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Sniper Elite 3 takes aim at non-linear gameplay, improved stealth to give players more choice

Michael McWhertor is a journalist with more than 17 years of experience covering video games, technology, movies, TV, and entertainment.

The next entry in Rebellion's Sniper Elite series transports the World War II franchise to a new front, Northern Africa, where elite sniper Karl Fairburne will have access to new tactics and tools in the battle against Germany's Afrika Korps.

Despite being outnumbered and outgunned against ever smarter AI-controlled enemies, Sniper Elite 3's new features makes Fairburne a far deadlier one-man military force.

Tim Jones, head of creative at Rebellion Developments, said Sniper Elite 3 has been "built from the ground up to plug all the holes in gameplay that didn't manage to go as far as we wanted to with Sniper Elite V2." Non-linear gameplay and more stealth options, as well as new weapon customization features, give players more tactical choice than ever before, he said.

In a recent demonstration of Sniper Elite 3 running on PlayStation 4 (the game is also coming to PS3, Xbox 360, Xbox One and Windows PC), Jones highlighted some of those new features, illustrating how important stealth and relocation tactics will be for Fairburne's latest adventure.

Jones worked his way through an encampment set in the Halfaya Pass, a tactically important stronghold for Axis forces during World War II. Sniper Elite 3's interpretation of the pass appears replete with tunnels, caves, foliage and man-made structures that provide plenty of strategic options for the player as they conduct their given mission, in terms of approach and cover.

Compared to your typical run and gun shooter, Jones said, Sniper Elite is all about observing, planning, executing and adapting to your situation. It's a comparatively slow-moving process; snipers must identify and carefully execute their targets, constantly aware of their visibility.


Players have great tools at their disposal, and can tag enemies they spot to track their movements for greater situational awareness. An onscreen eye-shaped icon conveys how visible Fairburne is to his enemies, depending on whether he's standing, crouching or prone, and how much light or shadow is on him.

The sound of Fairburne's gunfire and enemies' awareness of it is also a crucial consideration. An onscreen indicator shows when the Afrika Korps are able to pinpoint the sniper's location through sound, forcing players to relocate to a safe position. That option gives players a chance to collect their bearings instead of introducing a frustrating fail state, Jones explained.

"When things don't go according to plan, we decelerate the action," he said. "Otherwise we find players stop trying to be stealthy at all."

Players are encouraged to mask the crack of their sniper rifles by taking advantage of other loud noises, like the backfire of a truck or the boom of an eighty-eight artillery gun. In Sniper Elite 3, Rebellion is allowing players to create their own sound-masking options. Jones illustrated how Fairburne could sabotage one of the camp's diesel generators to backfire repeatedly, covering the sound of his gunfire.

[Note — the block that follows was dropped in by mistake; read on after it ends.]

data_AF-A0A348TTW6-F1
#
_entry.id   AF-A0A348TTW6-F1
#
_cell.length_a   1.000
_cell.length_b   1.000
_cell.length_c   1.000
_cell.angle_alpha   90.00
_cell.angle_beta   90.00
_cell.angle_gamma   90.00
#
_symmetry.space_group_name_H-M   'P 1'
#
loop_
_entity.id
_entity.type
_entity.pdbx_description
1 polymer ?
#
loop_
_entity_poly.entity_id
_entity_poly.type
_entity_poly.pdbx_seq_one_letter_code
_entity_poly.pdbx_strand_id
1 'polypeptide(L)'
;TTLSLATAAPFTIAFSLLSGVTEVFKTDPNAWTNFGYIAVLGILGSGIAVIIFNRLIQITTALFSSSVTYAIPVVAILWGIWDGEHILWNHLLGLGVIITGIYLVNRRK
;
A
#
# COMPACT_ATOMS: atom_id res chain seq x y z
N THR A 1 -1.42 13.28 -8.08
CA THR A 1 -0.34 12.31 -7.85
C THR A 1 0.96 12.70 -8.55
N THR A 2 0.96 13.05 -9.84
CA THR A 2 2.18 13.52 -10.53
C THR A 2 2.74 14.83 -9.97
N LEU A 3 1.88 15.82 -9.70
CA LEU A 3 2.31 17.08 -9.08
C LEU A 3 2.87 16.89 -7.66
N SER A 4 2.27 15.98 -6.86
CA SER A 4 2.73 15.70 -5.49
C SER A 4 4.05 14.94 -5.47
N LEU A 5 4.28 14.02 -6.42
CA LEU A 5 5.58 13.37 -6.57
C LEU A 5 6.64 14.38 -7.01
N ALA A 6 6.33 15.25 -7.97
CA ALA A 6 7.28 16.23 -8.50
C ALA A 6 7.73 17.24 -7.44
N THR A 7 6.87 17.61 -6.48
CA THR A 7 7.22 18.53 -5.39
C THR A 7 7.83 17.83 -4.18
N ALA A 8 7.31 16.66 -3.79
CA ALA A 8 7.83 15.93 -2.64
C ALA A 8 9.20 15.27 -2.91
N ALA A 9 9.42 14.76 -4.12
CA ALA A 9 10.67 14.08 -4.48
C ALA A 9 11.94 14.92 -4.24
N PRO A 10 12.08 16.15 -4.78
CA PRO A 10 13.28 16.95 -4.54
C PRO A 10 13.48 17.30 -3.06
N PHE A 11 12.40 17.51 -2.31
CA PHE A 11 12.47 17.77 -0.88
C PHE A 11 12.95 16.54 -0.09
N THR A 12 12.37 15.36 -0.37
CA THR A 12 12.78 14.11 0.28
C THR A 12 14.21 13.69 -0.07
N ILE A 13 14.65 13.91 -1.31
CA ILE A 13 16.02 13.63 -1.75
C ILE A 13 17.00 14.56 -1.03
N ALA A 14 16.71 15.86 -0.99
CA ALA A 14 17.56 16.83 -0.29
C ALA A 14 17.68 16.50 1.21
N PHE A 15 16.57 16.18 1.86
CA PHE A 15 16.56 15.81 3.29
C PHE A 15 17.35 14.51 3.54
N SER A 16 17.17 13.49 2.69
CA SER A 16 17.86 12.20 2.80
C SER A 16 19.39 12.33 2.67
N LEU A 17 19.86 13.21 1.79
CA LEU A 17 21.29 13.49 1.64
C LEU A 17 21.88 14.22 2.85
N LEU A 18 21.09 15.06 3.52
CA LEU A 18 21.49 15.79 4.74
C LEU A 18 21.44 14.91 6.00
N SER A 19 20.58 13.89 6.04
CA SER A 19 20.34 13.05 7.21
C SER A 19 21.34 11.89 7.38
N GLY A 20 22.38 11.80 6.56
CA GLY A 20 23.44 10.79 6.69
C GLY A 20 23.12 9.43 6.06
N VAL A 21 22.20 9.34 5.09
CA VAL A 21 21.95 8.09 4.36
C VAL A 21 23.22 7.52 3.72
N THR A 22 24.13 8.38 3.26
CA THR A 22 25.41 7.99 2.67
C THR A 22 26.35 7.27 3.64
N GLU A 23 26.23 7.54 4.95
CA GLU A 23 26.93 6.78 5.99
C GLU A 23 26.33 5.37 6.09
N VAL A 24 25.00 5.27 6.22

Though long distance sniping and marksmanship are at the core of Sniper Elite, Fairburne has close quarter and hand-to-hand options for more intimate encounters. He can quietly stab enemies from behind and dispose of their corpses, or can kill with a silenced pistol.

Sniper Elite 3 gives players other killing tools to play with, including an expanded set of traps and mines. Fairburne can employ German S-mines, or "Bouncing Betty" mines, to take out enemies in Sniper Elite 3. In one section of the demo, Jones used a combination of dynamite, flint and steel — fashioning a timed fuse — to blow up a cluster of fuel barrels, taking out an artillery gun position.

While stealth and covert kills are often players' best options, Sniper Elite 3 also offers more explosive tactics. Players can take out vehicles by targeting the combustion engines of trucks, causing impressive destruction. Doing so shows off another new feature; the X-ray kill cam, which normally shows the detailed and gruesome bodily destruction a sniper bullet can perform on the human anatomy in slow-motion, is also being used to illustrate vehicle destruction in Sniper Elite 3. And for fans of the X-ray kill cam, the flesh-and-bone gore is even more pronounced. Rebellion is now modeling circulatory and muscle systems in sniped enemies.

At its core, however, Sniper Elite 3 is still about taking the perfect shot, while also being aware of factors like wind direction, breath control and heart rate. The beat of your heart, Jones said, is something that Rebellion will communicate through vibration in PlayStation and Xbox controllers. On Xbox One, he said, the developer is taking advantage of the controller's new force feedback, using the trigger-area vibration to send heartbeat data through players' trigger fingers.

Rifle customization, a common fan request and one of the game's "big points," will also play an important part in Sniper Elite 3. Players will be able to unlock and equip new scopes, stocks, barrels and customized reticles as they earn experience and progress in rank. It's one of the features players have been clamoring for, Jones said, adding that Sniper Elite fans seem excited about the gameplay changes and North African campaign.

"Our fans, they really have a deep passion and understanding, not just for the weapons, but for the history as well," Jones said. "We can't wait 'til they get their hands on it."

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